By now, you've likely heard about "the GDPR," the European Union's new data protection law that became effective on May 25, 2018. The General Data Protection Regulation replaces an older EU law and, in addition to imposing new requirements on entities that process personal data, the regulation has a broader territorial scope than the old law. Specifically, the GDPR applies beyond the borders of the EU to companies that do not consider themselves to be "in the EU." Given this expanded scope, we have observed quite a bit of misinformation and confusion about exactly who needs to worry about the GDPR. Companies that touch personal data should consider whether they are subject to the GDPR and not fall prey to myths about the GDPR's scope. The following are eight common myths about the GDPR's territorial scope.
1. Myth: The GDPR applies only to "data companies."
The GDPR applies to companies that "process" personal data under certain circumstances. The term "process" is defined broadly and means any operation performed on personal data, including but not limited to collection, organization, storage, alteration, retrieval, use, disclosure, or erasure. It is possible that any company that touches personal information could be within the GDPR's scope, not just companies that consider themselves "data companies."
2. Myth: The GDPR applies only to entities processing personal data on EU residents.
The GDPR does not act to protect only EU residents or citizens. It applies where a company offers goods or services to individuals "in the EU" and it applies to entities that monitor the behavior (within the EU) of individuals who are "in the EU." Thus, an American that does not have dual citizenship or live in the EU, but travels there, could be "in the EU;" on the other hand, a citizen of Germany visiting the U.S. would not be an individual "in the EU." Citizenship and residency are not part of the territorial scope equation.
3. Myth: A carefully constructed legal structure can shield you from the GDPR.
Just like citizenship and residency are not part of the territorial scope equation, neither is legal form, at least not entirely. While one prong of the territorial scope article says that the GDPR applies where processing is "in the context of" an entity established in the EU, "establishment" captures more than legal form and requires an evaluation of a company's business model. Other prongs are similarly complicated. A company would not be able to escape the scope of the GDPR simply by corporate restructuring.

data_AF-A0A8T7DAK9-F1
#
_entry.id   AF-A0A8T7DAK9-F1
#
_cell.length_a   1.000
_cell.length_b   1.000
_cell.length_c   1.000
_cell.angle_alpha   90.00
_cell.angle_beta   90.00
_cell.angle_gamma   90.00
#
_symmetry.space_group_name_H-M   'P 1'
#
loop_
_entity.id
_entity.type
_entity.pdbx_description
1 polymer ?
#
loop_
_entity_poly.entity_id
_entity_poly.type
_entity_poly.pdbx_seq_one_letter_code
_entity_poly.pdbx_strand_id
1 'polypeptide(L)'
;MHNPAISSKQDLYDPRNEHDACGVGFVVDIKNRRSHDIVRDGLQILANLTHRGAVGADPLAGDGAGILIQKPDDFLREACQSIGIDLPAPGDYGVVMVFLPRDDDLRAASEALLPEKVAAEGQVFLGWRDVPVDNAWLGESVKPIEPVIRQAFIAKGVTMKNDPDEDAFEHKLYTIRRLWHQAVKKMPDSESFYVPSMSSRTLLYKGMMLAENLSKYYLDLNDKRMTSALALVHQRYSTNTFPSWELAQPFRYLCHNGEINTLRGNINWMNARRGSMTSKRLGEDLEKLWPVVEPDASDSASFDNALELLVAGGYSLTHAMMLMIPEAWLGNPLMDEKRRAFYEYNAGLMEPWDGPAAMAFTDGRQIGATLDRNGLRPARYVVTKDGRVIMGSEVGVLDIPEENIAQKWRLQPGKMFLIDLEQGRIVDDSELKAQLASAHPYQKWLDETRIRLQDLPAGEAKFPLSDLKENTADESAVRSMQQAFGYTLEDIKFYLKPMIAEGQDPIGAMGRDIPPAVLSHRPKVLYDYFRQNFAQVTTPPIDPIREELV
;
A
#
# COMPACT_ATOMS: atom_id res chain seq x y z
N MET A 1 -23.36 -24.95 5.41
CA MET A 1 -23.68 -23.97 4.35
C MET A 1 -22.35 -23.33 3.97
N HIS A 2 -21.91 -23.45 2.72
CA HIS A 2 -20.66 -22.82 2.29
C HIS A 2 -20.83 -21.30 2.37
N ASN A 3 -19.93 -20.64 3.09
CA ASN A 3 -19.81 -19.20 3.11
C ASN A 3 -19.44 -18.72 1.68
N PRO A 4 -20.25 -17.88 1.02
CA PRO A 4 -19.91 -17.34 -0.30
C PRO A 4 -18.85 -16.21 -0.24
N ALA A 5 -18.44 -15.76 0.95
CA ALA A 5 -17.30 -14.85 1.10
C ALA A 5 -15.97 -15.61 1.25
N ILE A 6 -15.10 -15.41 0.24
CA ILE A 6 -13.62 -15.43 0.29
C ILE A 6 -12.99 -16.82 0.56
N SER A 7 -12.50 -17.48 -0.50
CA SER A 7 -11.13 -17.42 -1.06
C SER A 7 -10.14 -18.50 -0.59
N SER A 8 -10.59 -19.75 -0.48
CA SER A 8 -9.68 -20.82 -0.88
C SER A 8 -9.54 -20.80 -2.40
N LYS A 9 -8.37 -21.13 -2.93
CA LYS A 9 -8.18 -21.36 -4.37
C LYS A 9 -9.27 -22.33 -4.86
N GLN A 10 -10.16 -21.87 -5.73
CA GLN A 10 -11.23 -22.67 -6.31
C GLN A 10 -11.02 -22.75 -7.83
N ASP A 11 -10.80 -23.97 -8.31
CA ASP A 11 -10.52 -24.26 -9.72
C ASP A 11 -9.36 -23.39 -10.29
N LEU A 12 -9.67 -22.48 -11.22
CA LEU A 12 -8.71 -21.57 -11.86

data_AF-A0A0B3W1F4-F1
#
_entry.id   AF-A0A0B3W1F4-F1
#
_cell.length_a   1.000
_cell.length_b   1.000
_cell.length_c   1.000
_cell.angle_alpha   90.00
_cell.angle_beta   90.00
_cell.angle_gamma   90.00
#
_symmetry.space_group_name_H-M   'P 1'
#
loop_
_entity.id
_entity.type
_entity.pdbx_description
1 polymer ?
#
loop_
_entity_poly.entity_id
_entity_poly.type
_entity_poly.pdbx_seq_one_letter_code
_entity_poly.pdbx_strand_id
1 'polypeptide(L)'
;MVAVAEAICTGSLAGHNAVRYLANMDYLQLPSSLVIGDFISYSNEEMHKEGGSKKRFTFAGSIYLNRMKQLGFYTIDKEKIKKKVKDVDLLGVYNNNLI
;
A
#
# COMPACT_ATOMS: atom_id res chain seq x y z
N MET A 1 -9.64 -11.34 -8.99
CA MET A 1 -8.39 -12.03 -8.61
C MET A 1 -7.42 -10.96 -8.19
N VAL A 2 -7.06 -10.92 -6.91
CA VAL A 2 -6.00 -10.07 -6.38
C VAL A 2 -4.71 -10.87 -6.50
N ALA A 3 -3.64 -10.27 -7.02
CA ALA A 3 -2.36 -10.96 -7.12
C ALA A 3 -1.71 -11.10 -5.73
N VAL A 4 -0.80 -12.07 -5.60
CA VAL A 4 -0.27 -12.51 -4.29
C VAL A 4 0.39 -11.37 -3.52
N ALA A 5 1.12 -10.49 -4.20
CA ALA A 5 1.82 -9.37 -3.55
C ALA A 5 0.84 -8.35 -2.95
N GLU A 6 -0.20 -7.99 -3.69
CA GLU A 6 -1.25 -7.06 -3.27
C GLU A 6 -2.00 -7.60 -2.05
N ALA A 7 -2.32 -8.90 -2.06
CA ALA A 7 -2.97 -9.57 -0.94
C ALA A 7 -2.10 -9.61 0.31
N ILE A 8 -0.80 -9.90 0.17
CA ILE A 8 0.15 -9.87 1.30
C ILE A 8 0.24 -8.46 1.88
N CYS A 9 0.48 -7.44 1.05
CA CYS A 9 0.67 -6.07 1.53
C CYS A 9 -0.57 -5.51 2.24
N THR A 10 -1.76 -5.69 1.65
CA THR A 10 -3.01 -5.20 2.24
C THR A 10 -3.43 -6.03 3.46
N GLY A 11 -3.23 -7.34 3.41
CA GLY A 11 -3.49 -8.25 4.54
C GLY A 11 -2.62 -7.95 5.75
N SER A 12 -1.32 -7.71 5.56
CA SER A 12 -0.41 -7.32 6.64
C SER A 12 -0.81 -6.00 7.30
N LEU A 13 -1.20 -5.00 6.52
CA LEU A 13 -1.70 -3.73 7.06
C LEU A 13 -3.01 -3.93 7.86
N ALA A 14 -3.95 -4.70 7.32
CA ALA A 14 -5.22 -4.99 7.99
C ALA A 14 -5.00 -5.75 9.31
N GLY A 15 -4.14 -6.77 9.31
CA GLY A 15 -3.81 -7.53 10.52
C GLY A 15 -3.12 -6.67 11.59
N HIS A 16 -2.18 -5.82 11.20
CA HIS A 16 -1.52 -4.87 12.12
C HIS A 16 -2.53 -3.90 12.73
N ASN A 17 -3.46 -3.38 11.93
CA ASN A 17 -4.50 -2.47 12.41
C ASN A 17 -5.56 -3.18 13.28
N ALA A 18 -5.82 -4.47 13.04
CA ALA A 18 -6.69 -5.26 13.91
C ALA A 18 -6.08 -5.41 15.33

4. Myth: Any company that collects email addresses on website visitors must comply with the GDPR.
While the GDPR applies broadly, it does not apply this broadly. You likely have been getting lots of emails from different websites about changes to their privacy policies, but those companies aren't subject to the GDPR just because you've visited their sites and provided an email address. Companies that monitor the behavior of individuals that are in the EU are subject to the GDPR-to the extent that the behavior they are monitoring is in the EU-but collecting an email address alone would not be monitoring.
5. Myth: You can escape the scope of the GDPR by storing-and keeping-your data outside the EU.
The GDPR does not care where you store your data. The GDPR will apply to certain processing related to an EU establishment, and it will apply to you where you offer goods or services to individuals in the EU or where you monitor certain behavior of individuals in the EU. If you do any of these things, it won't matter whether you store data in, or transfer data to, the EU, nor will you be pulled into the GDPR's scope simply by engaging a server farm in Finland.
6. Myth: The GDPR doesn't apply to companies who only have an online presence.
You do not escape the reach of the GDPR by conducting all business online and not opening that branch in Bulgaria. Like previously mentioned, the GDPR applies in certain circumstances to the processing of personal data in relation to individuals in the EU. It will not matter whether a company interacts with a customer in person in the EU or the interaction happens online.
7. Myth: The GDPR applies to all companies with an online presence.
The other side is that companies that do business with individuals online are not necessarily subject to the GDPR. The GDPR's recitals point out that a company is not offering goods or services to individuals in the EU just by setting up a website that someone in the EU can access. That company would have to do more to fall within the scope of the GDPR under this prong, or it could be subject to the GDPR under other prongs.
8. Myth: The GDPR does not directly apply to service providers that process data for others.
One of the big changes that the GDPR ushers in is that it applies directly to service providers to companies that own personal information. The GDPR would call these services providers "processors" and the data owners "controllers." Data processors should, just like data controllers, consider whether, and to what extent, they are subject to the GDPR.
The GDPR authorizes serious penalties, up to the greater of 4% of a company's revenue or €20M (approximately $24.7M). European officials have indicated that they will not automatically impose monetary penalties for GDPR violations and will prefer voluntary compliance, even after warnings. But don't fall for myths: look at your business and assess-consulting counsel where appropriate-whether your company might be subject to the GDPR.